Horatius Bonar was born in 1808 in Edinburgh, Scotland, the son of a ruling elder in the Church of Scotland. After a relatively uneventful upbringing, Bonar entered into the ministry himself, becoming pastor of the North Parish in the rural town of Kelso.Not long after he entered the ministry there was a disruption in the Church of Scotland that resulted in the withdrawal of 451 ministers from the Established church, among whom were Bonar and a number of his friends. Together they formed The Free Church of Scotland.Bonar spent the next 20 years pastoring the congregation in Kelso, writing, and engaging in evangelism. Throughout his life he had been strongly influenced by Thomas Chalmers, and in 1866 he planted a new church in his home city of Edinburgh: the Chalmers Memorial Chapel. He was to serve that church until the year before his death in 1889.In Bonar’s day the Scottish church had no substantial library of hymns since they sang metrical Psalms almost exclusively. Bonar had begun to write hymns before his ordination when he was serving as superintendent of a Sunday school. He found that the youth had little love for either the words or the tunes they were singing, so he set out to write a few hymns with simpler lyrics and already familiar tunes. These hymns were received wonderfully.It wasn’t long after this that Bonar, apparently having a gift and an interest in writing verse, took to writing adult hymns. This continued as a habit while he served as pastor, and in the course of his ministry he published a number of hymn compilations.“I Heard the Voice of Jesus Say” was one of the hymns he wrote during his tenure at Kelso. This is perhaps his most famous song, having found good reception not only in Scotland but also in the wider English-speaking world.What makes the hymn so widely appealing may well be its focus on the gospel call of Christ to come to him, look to him, drink, and rest, and the simple call to obey and to find in him all that he has promised. It is simple, sweet and encouraging.I heard the voice of Jesus say, "Come unto Me and rest;Lay down, thou weary one, lay down Thy head upon My breast."I came to Jesus as I was, weary and worn and sad;I found in Him a resting place, and He has made me glad.I heard the voice of Jesus say, "Behold, I freely giveThe living water; thirsty one, stoop down, and drink, and live."I came to Jesus, and I drank of that life giving stream;My thirst was quenched, my soul revived, and now I live in Him.I heard the voice of Jesus say, "I am this dark world's Light;Look unto Me, thy morn shall rise, and all thy day be bright."I looked to Jesus, and I found in Him my Star, my Sun;And in that light of life I'll walk, till traveling days are done.Advertise here via BEACON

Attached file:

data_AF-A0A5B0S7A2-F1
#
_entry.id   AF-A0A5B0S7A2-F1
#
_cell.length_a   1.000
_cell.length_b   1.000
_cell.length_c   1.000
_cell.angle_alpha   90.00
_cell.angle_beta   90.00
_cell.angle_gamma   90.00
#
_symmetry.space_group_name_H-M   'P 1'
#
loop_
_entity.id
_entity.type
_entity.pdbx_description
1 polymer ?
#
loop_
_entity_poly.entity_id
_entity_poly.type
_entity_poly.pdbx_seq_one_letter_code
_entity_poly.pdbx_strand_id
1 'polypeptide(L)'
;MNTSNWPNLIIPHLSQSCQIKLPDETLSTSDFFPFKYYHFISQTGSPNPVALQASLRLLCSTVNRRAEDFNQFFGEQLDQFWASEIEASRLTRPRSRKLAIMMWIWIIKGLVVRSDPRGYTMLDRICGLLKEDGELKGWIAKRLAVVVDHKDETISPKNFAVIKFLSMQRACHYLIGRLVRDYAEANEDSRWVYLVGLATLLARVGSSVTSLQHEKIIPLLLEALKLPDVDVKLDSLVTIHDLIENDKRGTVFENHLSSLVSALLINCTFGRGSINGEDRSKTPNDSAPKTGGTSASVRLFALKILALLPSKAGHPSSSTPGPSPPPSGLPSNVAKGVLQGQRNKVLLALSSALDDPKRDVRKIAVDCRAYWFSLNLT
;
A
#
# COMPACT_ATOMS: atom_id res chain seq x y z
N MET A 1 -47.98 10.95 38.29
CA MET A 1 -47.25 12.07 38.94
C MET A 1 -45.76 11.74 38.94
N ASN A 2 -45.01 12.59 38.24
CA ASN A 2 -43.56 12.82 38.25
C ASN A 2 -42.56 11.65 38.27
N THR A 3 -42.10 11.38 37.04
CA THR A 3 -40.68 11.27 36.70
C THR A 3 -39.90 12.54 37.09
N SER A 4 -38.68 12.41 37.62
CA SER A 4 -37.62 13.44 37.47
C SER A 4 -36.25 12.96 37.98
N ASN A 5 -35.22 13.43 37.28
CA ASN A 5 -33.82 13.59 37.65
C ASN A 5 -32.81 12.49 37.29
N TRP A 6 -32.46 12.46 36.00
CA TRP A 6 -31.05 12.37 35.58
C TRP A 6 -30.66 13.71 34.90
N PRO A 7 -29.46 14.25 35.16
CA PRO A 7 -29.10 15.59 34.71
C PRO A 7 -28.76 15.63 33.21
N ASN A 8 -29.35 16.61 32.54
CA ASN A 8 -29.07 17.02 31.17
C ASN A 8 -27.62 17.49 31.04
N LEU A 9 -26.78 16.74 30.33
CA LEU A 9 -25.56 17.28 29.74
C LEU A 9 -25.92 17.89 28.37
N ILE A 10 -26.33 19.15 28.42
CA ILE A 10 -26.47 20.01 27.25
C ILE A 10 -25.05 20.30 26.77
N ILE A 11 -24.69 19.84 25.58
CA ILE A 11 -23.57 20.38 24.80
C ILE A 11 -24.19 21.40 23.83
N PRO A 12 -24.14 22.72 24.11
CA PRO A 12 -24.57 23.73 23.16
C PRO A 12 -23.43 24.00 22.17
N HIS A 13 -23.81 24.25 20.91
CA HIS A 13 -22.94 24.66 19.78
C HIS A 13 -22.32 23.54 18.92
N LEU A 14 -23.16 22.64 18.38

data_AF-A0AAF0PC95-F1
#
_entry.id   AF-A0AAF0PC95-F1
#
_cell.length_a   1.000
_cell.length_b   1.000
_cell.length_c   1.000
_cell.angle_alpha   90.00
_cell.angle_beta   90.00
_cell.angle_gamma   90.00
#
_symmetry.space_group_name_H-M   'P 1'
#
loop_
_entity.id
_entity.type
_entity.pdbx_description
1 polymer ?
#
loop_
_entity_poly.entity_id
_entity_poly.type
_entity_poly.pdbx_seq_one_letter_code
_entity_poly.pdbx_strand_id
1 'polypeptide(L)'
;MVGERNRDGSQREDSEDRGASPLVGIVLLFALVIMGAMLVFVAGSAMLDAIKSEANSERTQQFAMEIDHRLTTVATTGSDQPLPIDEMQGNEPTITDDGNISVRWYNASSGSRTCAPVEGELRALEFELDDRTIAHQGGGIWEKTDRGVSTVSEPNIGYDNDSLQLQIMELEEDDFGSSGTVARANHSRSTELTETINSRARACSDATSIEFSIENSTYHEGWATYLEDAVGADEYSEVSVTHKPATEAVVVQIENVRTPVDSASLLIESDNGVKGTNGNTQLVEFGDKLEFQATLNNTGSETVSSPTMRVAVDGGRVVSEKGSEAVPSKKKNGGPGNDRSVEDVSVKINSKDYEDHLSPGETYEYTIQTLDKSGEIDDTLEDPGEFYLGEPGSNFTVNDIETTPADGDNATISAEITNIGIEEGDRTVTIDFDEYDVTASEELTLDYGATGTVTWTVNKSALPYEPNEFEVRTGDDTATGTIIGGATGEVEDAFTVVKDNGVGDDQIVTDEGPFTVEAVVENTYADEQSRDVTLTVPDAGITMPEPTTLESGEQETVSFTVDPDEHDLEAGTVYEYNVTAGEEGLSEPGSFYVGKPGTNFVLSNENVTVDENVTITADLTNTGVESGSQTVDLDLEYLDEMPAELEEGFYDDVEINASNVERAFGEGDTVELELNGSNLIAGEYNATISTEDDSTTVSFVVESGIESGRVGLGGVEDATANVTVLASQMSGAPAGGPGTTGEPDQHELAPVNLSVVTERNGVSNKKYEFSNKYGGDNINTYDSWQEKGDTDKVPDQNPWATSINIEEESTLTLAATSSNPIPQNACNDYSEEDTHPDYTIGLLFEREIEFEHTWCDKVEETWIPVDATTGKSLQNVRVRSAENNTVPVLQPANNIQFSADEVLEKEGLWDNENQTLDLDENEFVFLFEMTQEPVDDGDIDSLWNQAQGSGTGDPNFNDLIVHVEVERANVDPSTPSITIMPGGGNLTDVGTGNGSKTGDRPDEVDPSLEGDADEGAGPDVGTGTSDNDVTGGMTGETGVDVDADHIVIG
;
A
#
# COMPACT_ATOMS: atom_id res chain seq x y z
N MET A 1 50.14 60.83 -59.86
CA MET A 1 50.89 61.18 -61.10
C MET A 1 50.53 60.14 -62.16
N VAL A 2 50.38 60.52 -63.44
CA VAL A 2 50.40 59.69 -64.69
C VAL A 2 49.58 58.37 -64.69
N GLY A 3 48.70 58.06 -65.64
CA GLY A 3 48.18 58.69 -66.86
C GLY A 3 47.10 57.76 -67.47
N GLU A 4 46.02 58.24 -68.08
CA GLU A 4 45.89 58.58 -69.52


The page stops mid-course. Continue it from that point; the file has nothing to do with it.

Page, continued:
The recent decision by the Boy Scouts of America to change its moral stance towards homosexuality is a tragic failure that calls for a response from Christians who are involved in Scouting. This would include me, since both my boys are Boy Scouts and my church sponsors a Boy Scout troop. Having prayerfully considered this matter, I would offer advice to fellow Christians with respect to two questions. First, can we continue involvement in and support of Boy Scouts in light of this new policy? The answer is No. Second, when should we pull out of Boy Scouts? The answer is By the end of the year, but not yet.